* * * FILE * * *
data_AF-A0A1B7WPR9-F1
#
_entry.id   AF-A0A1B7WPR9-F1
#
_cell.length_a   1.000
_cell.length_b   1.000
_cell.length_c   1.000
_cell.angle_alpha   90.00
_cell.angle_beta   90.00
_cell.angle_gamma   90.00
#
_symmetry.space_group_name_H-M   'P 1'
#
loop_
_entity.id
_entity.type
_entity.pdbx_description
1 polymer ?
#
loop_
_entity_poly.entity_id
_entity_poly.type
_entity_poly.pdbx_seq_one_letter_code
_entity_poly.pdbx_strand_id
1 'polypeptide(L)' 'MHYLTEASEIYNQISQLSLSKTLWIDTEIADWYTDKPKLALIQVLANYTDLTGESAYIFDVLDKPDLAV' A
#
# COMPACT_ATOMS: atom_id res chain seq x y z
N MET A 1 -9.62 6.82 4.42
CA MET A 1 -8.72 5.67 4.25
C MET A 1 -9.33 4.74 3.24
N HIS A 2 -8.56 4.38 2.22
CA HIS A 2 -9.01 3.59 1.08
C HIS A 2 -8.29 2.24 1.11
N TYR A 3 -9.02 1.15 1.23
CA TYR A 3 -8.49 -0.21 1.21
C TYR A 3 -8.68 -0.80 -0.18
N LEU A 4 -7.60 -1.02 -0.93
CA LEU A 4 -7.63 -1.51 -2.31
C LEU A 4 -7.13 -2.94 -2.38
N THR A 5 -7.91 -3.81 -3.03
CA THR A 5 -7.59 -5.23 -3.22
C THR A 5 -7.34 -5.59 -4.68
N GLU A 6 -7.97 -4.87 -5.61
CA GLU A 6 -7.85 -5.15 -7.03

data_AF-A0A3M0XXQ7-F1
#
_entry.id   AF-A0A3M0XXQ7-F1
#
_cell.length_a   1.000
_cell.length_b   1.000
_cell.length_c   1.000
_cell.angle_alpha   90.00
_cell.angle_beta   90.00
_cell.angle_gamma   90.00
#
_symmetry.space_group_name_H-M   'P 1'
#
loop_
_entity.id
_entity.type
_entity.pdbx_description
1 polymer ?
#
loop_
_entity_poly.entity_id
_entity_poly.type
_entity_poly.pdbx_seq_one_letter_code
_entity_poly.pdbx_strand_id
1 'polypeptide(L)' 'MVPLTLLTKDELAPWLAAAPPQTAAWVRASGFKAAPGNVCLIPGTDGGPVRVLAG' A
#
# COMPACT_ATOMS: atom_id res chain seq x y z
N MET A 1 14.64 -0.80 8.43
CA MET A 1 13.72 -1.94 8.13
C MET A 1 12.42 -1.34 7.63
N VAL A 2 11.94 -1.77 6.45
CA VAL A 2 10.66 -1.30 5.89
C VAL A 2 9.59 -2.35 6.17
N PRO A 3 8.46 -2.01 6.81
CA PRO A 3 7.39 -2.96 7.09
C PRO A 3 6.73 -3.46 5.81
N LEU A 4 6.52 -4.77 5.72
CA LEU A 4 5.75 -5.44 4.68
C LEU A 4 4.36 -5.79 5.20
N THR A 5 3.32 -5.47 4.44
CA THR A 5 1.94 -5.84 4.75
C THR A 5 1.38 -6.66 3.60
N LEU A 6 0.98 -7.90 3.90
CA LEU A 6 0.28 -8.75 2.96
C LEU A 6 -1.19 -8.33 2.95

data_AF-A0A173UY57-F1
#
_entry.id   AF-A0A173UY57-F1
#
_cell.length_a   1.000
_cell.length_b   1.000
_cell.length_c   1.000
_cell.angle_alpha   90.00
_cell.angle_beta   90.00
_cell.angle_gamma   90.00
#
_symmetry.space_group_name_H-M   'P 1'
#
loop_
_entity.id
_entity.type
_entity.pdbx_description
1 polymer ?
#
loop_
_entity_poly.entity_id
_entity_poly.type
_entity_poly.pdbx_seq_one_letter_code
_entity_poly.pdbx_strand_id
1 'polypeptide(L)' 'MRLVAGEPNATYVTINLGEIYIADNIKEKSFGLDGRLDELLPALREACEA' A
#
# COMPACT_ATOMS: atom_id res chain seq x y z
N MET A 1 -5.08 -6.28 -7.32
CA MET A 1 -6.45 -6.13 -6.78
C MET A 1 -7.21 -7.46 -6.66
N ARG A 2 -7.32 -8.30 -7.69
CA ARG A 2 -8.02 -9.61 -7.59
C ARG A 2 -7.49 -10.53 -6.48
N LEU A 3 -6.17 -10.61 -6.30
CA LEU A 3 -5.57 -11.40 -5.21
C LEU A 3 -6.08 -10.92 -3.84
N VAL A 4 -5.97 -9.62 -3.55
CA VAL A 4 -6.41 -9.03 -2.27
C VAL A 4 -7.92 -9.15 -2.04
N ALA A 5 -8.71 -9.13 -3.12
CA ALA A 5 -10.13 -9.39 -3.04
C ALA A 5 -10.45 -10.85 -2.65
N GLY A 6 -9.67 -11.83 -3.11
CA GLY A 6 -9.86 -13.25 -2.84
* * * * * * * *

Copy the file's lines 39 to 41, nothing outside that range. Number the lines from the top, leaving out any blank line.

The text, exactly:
C LEU A 4 -7.13 -2.94 -2.38
N THR A 5 -7.91 -3.81 -3.03
CA THR A 5 -7.59 -5.23 -3.22